Premium mixer drinks supplier Fevertree Drinks (LSE: FEVR) has been one of those stocks capable of transforming the lives of investors brave enough to cling tightly to their shares for the ride.
At today’s share price around 2,447p, the stock is up a cork-popping 1267% since January 2015 as the firm rapidly penetrated the market for better-tasting mixers in the UK and across the world. But keeping the faith with a stock like this is not easy for value-schooled investors when the price-to-earnings (P/E) ratio never drops below high double digits.
Spectacular increases in earnings
Increases in earnings over the last four years have been spectacular – 50%, 303%, 106%, and 45% for the current year – and in July, with the interim results, the firm said growth in all regions is being driven by the gathering pace of ‘premiumisation’ and ‘mixability’.
Stories like this can ‘top out’, of course, and once-fast-growing companies can go ex-growth, which often leads to a valuation write-down. Yet there’s no sign of that happening with Fevertree. If anything, the firm looks like it’s only just gaining the critical mass that could help it roll forward from here like an unstoppable juggernaut.
The recent half-year period saw 47% of sales come from the UK, 31% from continental Europe, 18% from the USA, and 4% from the rest of the world. I reckon the remaining potential for market-share gains abroad is mind-boggling. Meanwhile, the most up-to-date figures for revenue growth remain exciting. In the first half of the trading year, revenue in the UK grew 113% compared to a year ago, rose 63% in Europe, lifted 43% in the USA, and drove 45% higher in the rest of the world.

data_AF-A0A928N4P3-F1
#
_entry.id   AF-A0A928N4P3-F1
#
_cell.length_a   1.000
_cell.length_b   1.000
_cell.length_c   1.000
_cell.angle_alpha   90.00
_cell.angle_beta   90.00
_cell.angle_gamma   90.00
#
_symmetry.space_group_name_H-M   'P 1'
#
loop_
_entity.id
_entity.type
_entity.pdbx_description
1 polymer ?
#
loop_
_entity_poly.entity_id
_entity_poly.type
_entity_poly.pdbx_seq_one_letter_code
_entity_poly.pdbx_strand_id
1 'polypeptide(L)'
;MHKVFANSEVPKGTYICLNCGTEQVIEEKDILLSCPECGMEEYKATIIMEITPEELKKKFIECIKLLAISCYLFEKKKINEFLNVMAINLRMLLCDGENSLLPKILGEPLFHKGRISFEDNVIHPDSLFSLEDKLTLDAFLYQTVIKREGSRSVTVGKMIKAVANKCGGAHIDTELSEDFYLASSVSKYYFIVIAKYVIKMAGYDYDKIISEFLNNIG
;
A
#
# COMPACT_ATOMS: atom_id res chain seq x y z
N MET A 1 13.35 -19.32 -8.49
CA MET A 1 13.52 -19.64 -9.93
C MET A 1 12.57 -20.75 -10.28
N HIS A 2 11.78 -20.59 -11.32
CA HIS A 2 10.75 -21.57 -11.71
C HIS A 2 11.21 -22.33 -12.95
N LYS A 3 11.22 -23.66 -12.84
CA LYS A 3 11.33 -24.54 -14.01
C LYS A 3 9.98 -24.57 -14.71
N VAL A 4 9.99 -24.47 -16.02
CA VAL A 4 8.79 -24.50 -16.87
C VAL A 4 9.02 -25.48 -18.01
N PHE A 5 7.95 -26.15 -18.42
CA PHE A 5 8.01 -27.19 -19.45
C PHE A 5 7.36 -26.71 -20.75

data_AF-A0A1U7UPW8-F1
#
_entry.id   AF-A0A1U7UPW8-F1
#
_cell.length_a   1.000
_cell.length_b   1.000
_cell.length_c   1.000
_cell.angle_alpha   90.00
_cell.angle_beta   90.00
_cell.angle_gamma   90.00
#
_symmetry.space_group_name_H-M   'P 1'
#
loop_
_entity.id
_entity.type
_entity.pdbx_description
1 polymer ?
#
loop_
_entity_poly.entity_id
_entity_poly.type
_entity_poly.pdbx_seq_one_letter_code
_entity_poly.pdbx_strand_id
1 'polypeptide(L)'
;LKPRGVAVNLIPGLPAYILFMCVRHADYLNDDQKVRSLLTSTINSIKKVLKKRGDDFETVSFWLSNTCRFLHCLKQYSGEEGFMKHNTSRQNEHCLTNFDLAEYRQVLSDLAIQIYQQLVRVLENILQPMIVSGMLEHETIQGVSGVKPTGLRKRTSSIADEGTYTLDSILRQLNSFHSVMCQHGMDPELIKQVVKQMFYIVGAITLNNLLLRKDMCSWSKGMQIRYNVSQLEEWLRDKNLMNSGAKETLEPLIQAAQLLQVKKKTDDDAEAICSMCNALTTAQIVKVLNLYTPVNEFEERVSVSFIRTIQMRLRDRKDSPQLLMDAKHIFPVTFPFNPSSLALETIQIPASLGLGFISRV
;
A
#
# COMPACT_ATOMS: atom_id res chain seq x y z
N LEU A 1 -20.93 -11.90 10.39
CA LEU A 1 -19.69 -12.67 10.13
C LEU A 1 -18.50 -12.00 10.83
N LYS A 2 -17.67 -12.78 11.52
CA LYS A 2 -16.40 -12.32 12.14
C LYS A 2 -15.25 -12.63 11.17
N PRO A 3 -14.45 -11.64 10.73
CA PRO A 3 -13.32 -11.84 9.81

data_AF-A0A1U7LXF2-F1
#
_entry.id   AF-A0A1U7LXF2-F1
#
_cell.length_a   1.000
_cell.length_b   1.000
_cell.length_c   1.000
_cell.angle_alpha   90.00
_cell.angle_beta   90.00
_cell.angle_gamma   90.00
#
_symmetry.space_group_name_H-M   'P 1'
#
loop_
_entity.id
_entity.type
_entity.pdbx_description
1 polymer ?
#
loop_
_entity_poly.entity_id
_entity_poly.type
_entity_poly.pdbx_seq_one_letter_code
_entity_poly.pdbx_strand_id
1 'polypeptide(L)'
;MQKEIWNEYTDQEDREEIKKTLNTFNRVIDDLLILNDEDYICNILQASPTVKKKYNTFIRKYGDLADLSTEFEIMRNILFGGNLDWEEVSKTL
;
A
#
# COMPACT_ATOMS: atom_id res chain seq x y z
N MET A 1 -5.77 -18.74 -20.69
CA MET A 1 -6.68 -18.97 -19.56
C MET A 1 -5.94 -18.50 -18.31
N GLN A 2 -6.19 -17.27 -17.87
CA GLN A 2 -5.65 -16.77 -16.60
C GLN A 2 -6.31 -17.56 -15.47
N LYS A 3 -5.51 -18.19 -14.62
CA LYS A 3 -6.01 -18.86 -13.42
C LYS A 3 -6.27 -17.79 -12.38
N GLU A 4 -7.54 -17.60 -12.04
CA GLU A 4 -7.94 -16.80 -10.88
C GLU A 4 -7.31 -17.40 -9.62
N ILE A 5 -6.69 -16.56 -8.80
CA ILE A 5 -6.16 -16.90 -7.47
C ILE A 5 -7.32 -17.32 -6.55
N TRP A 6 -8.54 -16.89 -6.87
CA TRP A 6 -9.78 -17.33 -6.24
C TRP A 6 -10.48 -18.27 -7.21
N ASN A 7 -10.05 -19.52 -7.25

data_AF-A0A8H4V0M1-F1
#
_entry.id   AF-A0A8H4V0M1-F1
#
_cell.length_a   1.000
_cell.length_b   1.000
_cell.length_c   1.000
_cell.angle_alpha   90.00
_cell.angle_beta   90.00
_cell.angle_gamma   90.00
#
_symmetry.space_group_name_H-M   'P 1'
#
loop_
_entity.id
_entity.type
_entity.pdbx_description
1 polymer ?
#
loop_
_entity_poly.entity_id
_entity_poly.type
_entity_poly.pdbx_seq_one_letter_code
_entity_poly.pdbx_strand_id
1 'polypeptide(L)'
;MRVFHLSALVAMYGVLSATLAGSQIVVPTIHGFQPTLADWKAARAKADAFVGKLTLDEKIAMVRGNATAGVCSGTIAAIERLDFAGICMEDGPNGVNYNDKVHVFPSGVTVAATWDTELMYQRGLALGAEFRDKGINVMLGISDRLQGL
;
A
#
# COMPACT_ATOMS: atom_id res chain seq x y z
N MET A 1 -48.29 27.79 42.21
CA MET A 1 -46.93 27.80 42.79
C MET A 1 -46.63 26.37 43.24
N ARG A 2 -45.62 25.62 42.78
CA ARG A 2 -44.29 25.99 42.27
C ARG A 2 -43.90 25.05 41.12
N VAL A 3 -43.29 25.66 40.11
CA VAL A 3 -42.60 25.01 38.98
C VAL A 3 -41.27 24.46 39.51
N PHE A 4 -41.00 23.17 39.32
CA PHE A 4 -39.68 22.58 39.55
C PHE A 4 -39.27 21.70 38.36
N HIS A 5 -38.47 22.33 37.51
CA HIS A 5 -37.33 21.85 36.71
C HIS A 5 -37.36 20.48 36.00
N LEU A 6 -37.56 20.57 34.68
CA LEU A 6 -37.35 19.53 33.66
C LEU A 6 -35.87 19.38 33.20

Overcoming mental hurdles
My feeling is that this company has much more to deliver its shareholders in the years to come, but how can we overcome the mental hurdle of the firm’s 2018 forward P/E rating running just below 64? One way is to focus on the directors’ ongoing narrative, and the most recent advice is that the firm is trading “materially ahead of its expectations.”
We find another stock market high flyer in takeaway food delivery digital marketplace provider Just Eat (LSE: JE). Since the beginning of 2015, the shares are up around 119% at today’s 695p. Not the performance of Fevertree, but Just Eat’s valuation isn’t as high either. The forward P/E rating runs at a mere 30-or-so for 2018, but the record of growth in earnings stands up well compared to Fevertree’s – 200%, 58%, 85%, and 38% for the current year.
City analysts following the firm expect earnings to grow by a further 37% during 2018, which makes the valuation look fair if growth can continue. However, my guess is that the story has an image problem.
I find it harder to believe Just Eat’s growth outcome than I do Fevertree’s. Yet the firm’s operations cover the UK, Australia, New Zealand and developing markets around the world, and all regions put in high double-digit revenue gains in the interim report compared to a year ago. The directors again uttered those magic words “ahead of management’s expectations”, and I reckon the stock could go on to reward investors yet further from here.
10 steps to take right now
As well as buying fast-rising shares such as Fevertree Drinks and Just Eat, several tactics could propel you to making a million on the London stock market.
This well-researched and useful report reveals 10 steps you can take right now to use shares to help you invest your way to a fortune. Read the report now and it can help you decide where to look for potentially life-changing shares on the London market and what to do when you find them. To download this report, click here.
Kevin Godbold has no position in any of the shares mentioned. The Motley Fool UK has recommended Just Eat. Views expressed on the companies mentioned in this article are those of the writer and therefore may differ from the official recommendations we make in our subscription services such as Share Advisor, Hidden Winners and Pro. Here at The Motley Fool we believe that considering a diverse range of insights makes us better investors.